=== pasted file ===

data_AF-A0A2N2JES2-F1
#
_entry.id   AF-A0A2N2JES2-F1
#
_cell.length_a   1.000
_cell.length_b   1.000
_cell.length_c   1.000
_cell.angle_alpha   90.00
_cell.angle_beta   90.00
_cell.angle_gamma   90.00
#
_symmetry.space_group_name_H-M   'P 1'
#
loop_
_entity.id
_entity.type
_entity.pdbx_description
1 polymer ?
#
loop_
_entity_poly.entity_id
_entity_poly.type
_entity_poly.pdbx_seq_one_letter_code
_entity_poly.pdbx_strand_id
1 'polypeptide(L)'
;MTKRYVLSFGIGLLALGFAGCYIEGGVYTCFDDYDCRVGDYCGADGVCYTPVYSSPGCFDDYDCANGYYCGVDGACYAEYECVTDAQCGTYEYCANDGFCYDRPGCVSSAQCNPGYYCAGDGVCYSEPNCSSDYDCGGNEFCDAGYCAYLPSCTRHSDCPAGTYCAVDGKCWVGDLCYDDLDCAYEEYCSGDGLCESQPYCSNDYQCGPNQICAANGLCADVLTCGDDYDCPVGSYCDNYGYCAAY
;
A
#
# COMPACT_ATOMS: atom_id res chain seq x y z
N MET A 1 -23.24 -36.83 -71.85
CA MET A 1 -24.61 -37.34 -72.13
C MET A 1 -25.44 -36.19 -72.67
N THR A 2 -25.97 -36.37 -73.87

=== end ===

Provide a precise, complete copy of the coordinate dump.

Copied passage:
data_AF-A0A2N2JES2-F1
#
_entry.id   AF-A0A2N2JES2-F1
#
_cell.length_a   1.000
_cell.length_b   1.000
_cell.length_c   1.000
_cell.angle_alpha   90.00
_cell.angle_beta   90.00
_cell.angle_gamma   90.00
#
_symmetry.space_group_name_H-M   'P 1'
#
loop_
_entity.id
_entity.type
_entity.pdbx_description
1 polymer ?
#
loop_
_entity_poly.entity_id
_entity_poly.type
_entity_poly.pdbx_seq_one_letter_code
_entity_poly.pdbx_strand_id
1 'polypeptide(L)'
;MTKRYVLSFGIGLLALGFAGCYIEGGVYTCFDDYDCRVGDYCGADGVCYTPVYSSPGCFDDYDCANGYYCGVDGACYAEYECVTDAQCGTYEYCANDGFCYDRPGCVSSAQCNPGYYCAGDGVCYSEPNCSSDYDCGGNEFCDAGYCAYLPSCTRHSDCPAGTYCAVDGKCWVGDLCYDDLDCAYEEYCSGDGLCESQPYCSNDYQCGPNQICAANGLCADVLTCGDDYDCPVGSYCDNYGYCAAY
;
A
#
# COMPACT_ATOMS: atom_id res chain seq x y z
N MET A 1 -23.24 -36.83 -71.85
CA MET A 1 -24.61 -37.34 -72.13
C MET A 1 -25.44 -36.19 -72.67
N THR A 2 -25.97 -36.37 -73.87